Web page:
"@emotion/react": "^11.11.3",
    "@emotion/styled": "^11.11.0",
    "@mui/icons-material": "^5.15.2",
    "@mui/material": "^5.15.2",
    "@mui/system": "^5.15.2",
    "@mui/x-data-grid": "^6.18.6",
    "@mui/x-date-pickers": "^6.18.6",
    "@stripe/react-stripe-js": "^2.4.0",
    "@stripe/stripe-js": "^2.2.2",
    "@visx/axis": "^3.5.0",
    "@visx/curve": "^3.3.0",
    "@visx/event": "^3.3.0",
    "@visx/gradient": "^3.3.0",
    "@visx/grid": "^3.5.0",
    "@visx/group": "^3.3.0",
    "@visx/mock-data": "^3.3.0",
    "@visx/responsive": "^3.3.0",
    "@visx/scale": "^3.5.0",
    "@visx/shape": "^3.5.0",
    "@visx/tooltip": "^3.3.0",
    "@visx/vendor": "^3.5.0",
    "@vitejs/plugin-legacy": "^5.3.2",
    "aos": "^2.3.4",
    "array-move": "^4.0.0",
    "axios": "^1.6.3",
    "bootstrap": "^5.3.2",
    "d3-array": "^3.2.4",
    "d3-time-format": "^4.1.0",
    "dayjs": "^1.11.10",
    "dotenv": "^16.3.1",
    "eslint-plugin-simple-import-sort": "^10.0.0",
    "i18next": "^23.7.13",
    "laravel-echo": "^1.15.3",
    "mui-phone-number": "^3.0.3",
    "preact": "^10.19.3",
    "prop-types": "^15.8.1",
    "pusher-js": "8.4.0-rc2",
    "react-country-flag": "^3.1.0",
    "react-debounce-input": "^3.3.0",
    "react-dropzone": "^14.2.3",
    "react-easy-sort": "^1.6.0",
    "react-hook-form": "^7.49.2",
    "react-hot-toast": "^2.4.1",
    "react-i18next": "^13.5.0",
    "react-icons": "^4.12.0",
    "react-loader-spinner": "^5.4.5",
    "react-modern-drawer": "^1.2.2",
    "react-phone-number-input": "^3.3.8",
    "react-query": "^3.39.3",
    "react-router-dom": "^6.21.1",
    "stripe": "^14.10.0",
    "use-local-storage-state": "^19.1.0",
    "use-sound": "^4.0.1"

Here is another project where I use web components. Check my package.json. It is much smaller, and if I need charts, I include them over a CDN, along with Tailwind. I moved all the Stripe infrastructure to the backend. That way, I keep my code much cleaner.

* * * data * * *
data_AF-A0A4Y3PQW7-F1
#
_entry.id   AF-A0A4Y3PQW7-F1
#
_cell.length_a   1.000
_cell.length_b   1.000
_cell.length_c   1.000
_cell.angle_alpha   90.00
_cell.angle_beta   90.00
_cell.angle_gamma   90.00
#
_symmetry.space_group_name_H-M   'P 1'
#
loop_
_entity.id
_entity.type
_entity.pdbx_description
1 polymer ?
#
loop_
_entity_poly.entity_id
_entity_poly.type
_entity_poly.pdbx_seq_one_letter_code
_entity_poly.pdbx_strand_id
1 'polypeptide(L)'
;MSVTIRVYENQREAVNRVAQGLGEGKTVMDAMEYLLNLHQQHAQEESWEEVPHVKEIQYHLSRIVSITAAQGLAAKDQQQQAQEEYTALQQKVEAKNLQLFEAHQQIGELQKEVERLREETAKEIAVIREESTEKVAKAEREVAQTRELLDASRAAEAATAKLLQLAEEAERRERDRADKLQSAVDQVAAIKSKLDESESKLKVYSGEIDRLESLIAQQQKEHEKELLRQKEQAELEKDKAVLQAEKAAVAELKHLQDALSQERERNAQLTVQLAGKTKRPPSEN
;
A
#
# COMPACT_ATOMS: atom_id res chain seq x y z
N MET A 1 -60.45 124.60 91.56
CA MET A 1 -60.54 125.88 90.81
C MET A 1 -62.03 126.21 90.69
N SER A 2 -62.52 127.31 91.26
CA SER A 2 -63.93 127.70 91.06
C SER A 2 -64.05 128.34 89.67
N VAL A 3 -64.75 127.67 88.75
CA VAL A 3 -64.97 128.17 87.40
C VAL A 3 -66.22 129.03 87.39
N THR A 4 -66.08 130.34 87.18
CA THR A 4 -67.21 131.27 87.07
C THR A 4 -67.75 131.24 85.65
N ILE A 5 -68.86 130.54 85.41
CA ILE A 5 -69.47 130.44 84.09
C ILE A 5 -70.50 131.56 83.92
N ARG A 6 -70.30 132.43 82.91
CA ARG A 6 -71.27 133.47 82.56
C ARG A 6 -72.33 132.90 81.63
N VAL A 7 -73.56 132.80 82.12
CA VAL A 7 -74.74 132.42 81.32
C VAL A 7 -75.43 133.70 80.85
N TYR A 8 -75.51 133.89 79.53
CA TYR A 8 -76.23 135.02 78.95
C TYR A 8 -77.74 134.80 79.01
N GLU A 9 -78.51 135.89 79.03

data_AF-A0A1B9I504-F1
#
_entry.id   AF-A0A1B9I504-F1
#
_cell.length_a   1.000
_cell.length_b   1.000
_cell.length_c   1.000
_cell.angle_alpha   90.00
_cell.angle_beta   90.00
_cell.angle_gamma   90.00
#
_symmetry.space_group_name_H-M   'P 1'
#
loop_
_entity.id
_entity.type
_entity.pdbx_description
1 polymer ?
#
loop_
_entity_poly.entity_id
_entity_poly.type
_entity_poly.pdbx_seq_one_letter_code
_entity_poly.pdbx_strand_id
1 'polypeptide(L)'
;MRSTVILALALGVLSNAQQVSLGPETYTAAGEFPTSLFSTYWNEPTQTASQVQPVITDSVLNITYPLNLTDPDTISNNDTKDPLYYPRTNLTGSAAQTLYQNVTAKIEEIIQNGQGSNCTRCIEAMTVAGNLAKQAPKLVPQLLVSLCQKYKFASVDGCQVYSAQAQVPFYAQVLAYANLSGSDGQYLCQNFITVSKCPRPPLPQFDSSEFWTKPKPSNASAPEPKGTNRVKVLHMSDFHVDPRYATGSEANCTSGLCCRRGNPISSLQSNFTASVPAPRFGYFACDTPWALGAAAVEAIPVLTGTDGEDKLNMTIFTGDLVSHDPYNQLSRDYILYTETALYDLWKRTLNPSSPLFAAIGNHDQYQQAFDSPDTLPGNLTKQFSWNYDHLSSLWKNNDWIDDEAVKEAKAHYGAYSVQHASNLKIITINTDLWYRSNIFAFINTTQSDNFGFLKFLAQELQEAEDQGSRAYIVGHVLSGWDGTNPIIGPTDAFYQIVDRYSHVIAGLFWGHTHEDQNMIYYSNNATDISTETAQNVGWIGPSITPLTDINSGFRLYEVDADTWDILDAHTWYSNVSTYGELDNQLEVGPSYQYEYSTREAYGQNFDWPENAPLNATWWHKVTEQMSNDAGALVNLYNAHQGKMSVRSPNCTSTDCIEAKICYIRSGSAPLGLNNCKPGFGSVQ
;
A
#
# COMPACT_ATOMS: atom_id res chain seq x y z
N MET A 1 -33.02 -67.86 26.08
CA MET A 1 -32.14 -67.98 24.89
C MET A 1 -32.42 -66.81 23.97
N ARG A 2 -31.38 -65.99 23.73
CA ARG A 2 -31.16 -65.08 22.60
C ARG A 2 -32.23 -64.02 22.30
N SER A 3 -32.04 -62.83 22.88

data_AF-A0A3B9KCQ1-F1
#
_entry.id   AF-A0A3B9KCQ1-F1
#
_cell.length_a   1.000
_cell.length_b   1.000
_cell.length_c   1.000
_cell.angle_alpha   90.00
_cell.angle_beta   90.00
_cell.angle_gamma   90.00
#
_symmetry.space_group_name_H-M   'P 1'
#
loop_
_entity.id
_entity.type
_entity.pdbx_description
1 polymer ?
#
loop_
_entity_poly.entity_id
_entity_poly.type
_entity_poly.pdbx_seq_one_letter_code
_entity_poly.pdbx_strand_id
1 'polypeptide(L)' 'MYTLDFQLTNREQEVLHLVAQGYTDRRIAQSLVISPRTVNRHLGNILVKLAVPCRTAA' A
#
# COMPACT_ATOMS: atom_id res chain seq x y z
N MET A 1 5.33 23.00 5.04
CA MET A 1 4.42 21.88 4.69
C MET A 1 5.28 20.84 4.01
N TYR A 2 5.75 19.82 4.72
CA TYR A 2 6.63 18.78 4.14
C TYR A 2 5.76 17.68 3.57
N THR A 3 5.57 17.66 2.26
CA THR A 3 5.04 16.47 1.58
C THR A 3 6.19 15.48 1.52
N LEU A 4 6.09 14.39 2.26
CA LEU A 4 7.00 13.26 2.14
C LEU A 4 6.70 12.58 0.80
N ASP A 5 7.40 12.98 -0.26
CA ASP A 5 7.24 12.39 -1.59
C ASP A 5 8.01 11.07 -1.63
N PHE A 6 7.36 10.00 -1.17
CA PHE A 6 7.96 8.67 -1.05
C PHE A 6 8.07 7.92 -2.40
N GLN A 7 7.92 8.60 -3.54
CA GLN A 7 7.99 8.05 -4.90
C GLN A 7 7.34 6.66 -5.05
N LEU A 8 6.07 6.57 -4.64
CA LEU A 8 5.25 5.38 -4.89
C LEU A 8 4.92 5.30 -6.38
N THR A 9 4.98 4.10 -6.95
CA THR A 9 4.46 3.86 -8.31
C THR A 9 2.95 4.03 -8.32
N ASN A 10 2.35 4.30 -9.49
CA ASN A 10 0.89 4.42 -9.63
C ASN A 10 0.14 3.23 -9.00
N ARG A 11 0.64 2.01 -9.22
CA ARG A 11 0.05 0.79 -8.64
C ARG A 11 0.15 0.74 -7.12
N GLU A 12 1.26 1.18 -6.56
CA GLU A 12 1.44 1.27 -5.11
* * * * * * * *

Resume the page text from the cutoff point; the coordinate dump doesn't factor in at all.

"dependencies": {
    "@vaadin/router": "^1.7.5",
    "lit": "^3.1.2"


Deploying a pure HTML website is significantly easier compared to using a framework. With a simple HTML site, you often only need to upload your static files—HTML, CSS, and JavaScript—directly to a web server or a hosting service.

There's no need for build processes, dependency management, or server-side configurations, making the deployment process straightforward and fast.

In contrast, deploying a site built with a framework often involves additional steps such as compiling code, managing dependencies, setting up a server environment, and configuring various build tools. These extra steps can introduce complexity and potential points of failure, making the deployment process more cumbersome and time-consuming.

I often use Docker when working with frameworks and that complicates the deployment process much more.

Final Words

In conclusion, while frontend frameworks offer certain advantages, such as scalability and established conventions for large teams, they often come with significant overhead and complexity that may not be necessary for many projects.

By opting for simpler tools like Create React App or web components, you can achieve excellent performance, easier deployment, and a more straightforward development process. Ultimately, the choice of technology should be guided by the specific needs of your project and the balance between complexity and efficiency.

Thanks for reading, and I hope you found this article helpful. If you have any questions, feel free to email me at, and I will respond.